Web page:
IP Stability of MP3 Unravels as Texas Firm Sues Apple, Others
Just days prior to a tremendous loss by Microsoft in a jury trial over the MP3 format sent warning signs about the uncertain structural integrity of MP3's intellectual property, a previously unknown Texas-based firm filed suit ten days ago in federal court in Marshall, in defense of patents it claims it acquired from one-time MP3 chip powerhouse SigmaTel. The suit charges SigmaTel's former competitors and some former customers, including Apple, Samsung and SanDisk, with infringement.
While the patent in question protects a methodology that's enacted in hardware, not software as in the MP3 format patent case which Microsoft lost, the new company may be rushing to file the proper paperwork before a potential landmark decision by the US Supreme Court - which could come any time - redefines the boundaries of American technological patents.
As IDG News Service reported this morning, Texas MP3 claims to be the assignee of rights for patent 7,065,417 - the same patent whose legitimate owner was determined to be SigmaTel, and whose rights were found to have been infringed upon, in a decision last September 15 by the US International Trade Commission.
Just two years ago, SigmaTel was one of the world's principal providers of MP3 "system-on-a-chip" (SoC) processors, with designs that appeared in the early Apple iPod Shuffle, Dell's DJ Ditty, and other small devices.
In January 2005, SigmaTel sued a Chinese semiconductor production firm, Actions Semiconductor, for mass-producing low-cost knockoffs of SigmaTel designs and flooding the market with them. Actions' designs led to an explosion in the Asian MP3 market, with ridiculously low-priced devices that kept foreign competitors from regaining a foothold. After the US ITC found in favor of SigmaTel, the long-term damage to its business had already been done. Dell exited the MP3 business, then Apple -- in an effort to keep flash memory prices low -- extended its existing SoC contract with Samsung to include the iPod Shuffle.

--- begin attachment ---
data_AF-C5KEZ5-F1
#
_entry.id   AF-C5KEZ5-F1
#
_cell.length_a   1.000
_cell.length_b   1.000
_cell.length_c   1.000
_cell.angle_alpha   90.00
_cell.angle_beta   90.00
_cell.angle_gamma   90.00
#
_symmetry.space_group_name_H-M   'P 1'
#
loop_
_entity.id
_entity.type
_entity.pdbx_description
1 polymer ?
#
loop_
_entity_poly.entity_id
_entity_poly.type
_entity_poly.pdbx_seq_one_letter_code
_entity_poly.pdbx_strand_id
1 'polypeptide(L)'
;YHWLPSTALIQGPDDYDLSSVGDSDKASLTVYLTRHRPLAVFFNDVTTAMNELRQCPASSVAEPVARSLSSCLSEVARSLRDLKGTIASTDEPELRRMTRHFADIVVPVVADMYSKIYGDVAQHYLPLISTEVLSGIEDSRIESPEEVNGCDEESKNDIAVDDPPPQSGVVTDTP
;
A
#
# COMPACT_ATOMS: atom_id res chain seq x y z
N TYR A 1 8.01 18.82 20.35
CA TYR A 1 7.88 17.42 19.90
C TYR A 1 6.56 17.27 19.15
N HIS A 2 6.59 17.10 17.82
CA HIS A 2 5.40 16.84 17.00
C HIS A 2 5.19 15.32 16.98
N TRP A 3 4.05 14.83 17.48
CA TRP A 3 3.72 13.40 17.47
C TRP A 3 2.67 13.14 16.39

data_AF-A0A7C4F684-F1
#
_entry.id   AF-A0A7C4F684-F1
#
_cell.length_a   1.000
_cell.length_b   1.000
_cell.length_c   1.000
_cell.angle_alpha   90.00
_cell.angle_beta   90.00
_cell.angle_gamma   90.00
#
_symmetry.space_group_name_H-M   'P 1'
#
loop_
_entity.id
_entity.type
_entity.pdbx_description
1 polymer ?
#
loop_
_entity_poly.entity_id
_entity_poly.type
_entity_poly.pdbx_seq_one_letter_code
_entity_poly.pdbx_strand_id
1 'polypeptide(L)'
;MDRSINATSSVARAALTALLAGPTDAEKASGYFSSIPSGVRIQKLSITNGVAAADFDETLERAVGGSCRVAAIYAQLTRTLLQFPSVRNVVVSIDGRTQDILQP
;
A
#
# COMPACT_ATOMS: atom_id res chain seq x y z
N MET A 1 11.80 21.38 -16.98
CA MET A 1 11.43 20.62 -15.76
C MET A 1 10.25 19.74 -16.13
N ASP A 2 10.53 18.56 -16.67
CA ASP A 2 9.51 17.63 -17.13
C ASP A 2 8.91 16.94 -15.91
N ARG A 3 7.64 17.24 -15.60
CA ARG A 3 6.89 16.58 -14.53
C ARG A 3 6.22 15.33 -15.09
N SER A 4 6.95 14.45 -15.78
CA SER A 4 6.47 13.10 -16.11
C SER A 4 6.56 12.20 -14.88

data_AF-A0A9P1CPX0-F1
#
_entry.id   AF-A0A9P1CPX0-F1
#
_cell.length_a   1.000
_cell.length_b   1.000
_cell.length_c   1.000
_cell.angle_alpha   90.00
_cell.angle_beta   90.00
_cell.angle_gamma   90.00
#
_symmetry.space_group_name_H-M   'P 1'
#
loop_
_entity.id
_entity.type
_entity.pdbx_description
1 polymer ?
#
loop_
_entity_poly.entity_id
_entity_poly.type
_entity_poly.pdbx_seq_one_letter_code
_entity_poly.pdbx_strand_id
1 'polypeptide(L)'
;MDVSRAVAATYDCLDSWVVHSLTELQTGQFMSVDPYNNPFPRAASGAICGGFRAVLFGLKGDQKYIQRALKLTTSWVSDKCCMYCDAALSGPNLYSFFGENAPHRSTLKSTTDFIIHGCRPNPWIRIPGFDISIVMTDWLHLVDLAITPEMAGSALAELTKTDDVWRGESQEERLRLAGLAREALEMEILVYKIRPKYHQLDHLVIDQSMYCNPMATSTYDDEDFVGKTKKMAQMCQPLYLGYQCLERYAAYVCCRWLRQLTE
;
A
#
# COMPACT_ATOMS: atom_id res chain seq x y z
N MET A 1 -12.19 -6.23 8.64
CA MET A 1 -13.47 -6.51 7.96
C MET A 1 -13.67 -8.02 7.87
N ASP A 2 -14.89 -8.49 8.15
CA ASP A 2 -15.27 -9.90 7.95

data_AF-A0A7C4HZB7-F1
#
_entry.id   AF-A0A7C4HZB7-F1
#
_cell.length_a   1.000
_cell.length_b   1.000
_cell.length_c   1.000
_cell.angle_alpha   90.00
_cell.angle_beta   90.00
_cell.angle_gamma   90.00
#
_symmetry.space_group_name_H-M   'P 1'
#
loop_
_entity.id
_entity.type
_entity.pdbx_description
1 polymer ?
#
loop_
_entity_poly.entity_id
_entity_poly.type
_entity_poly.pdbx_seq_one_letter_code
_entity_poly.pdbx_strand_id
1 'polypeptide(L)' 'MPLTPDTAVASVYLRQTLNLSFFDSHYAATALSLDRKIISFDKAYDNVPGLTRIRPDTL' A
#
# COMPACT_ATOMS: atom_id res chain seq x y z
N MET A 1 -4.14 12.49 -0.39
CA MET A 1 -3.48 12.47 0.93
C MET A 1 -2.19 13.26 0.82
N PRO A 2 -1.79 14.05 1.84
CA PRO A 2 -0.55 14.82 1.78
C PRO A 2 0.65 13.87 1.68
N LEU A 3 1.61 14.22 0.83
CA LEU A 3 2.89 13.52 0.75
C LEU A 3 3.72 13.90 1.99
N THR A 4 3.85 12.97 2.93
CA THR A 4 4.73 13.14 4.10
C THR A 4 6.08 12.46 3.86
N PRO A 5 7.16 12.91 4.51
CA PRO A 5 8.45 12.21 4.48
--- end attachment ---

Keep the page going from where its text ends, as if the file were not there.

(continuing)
Actions' battle with SigmaTel continues, having filed complaints last November against SigmaTel in a court in Shenzhen seeking the invalidation of two SigmaTel patents on digital-to-analog signal converter technology. But weary from the battle already, SigmaTel spun off its MP3 chip manufacturing arm to Integrated Device Technology, Inc., and sold its MP3 device patent in July, IDG learned, to someone the company would only describe as "a Dallas-based patent licensing agency."
That's probably Texas MP3 Technologies, though a few details make that fact difficult to pin down. On February 15, Texas MP3 filed an application with the US Patent and Trademark Office for the American patent rights for a specific methodology for MP3 player technology, first patented in South Korea in 1997. The patent holders there are the same as for the SigmaTel patents. And to make matters even muddier, in September 2003, a Korean firm named MP3Man.com Inc. was granted US patent rights for what appears to be the same device, credited to the same inventors.
Back in January 2006, SigmaTel announced a rigorous strategy for defending its MP3 device IP rights. It would not seek any legal action toward companies that purchase SigmaTel SoCs from it or one of its distributors, the company announced then. But it would focus is licensing efforts on attempting to seek royalties from companies who purchase SoCs from competitors, presumably including Samsung.
"SigmaTel intends to attempt in all cases to first employ its licensing strategy," said a company presentation, "but will not hesitate to resort to legal action if MP3 player and silicon manufacturers decline to participate in the program."
If Texas MP3 is indeed SigmaTel’s assignee for this patent, then it would appear that it doesn’t have the same strategy toward licensing first. Furthermore, Marshall, Texas has a reputation of its own, as the seat of a federal courthouse where plaintiffs tend to win a disproportionate amount of patent suits tried by jury.
Yet in a case that seems ripe for irony, one possible huge twist could lurk on the horizon: SigmaTel didn’t own rights to the MP3 format, just a patent for a design of a chip that uses that format. SigmaTel was licensed rights to the format by the same Thomson / Fraunhofer group that licensed the format to Microsoft, and whose licensed was declared illegitimate by a Washington state jury last week.
If Alcatel-Lucent has designs on capitalizing on the patent portfolio it acquired from the descendant of Bell Laboratories, Texas MP3 -– if it is the recipient of the SigmaTel patent –- could find itself a defendant as well.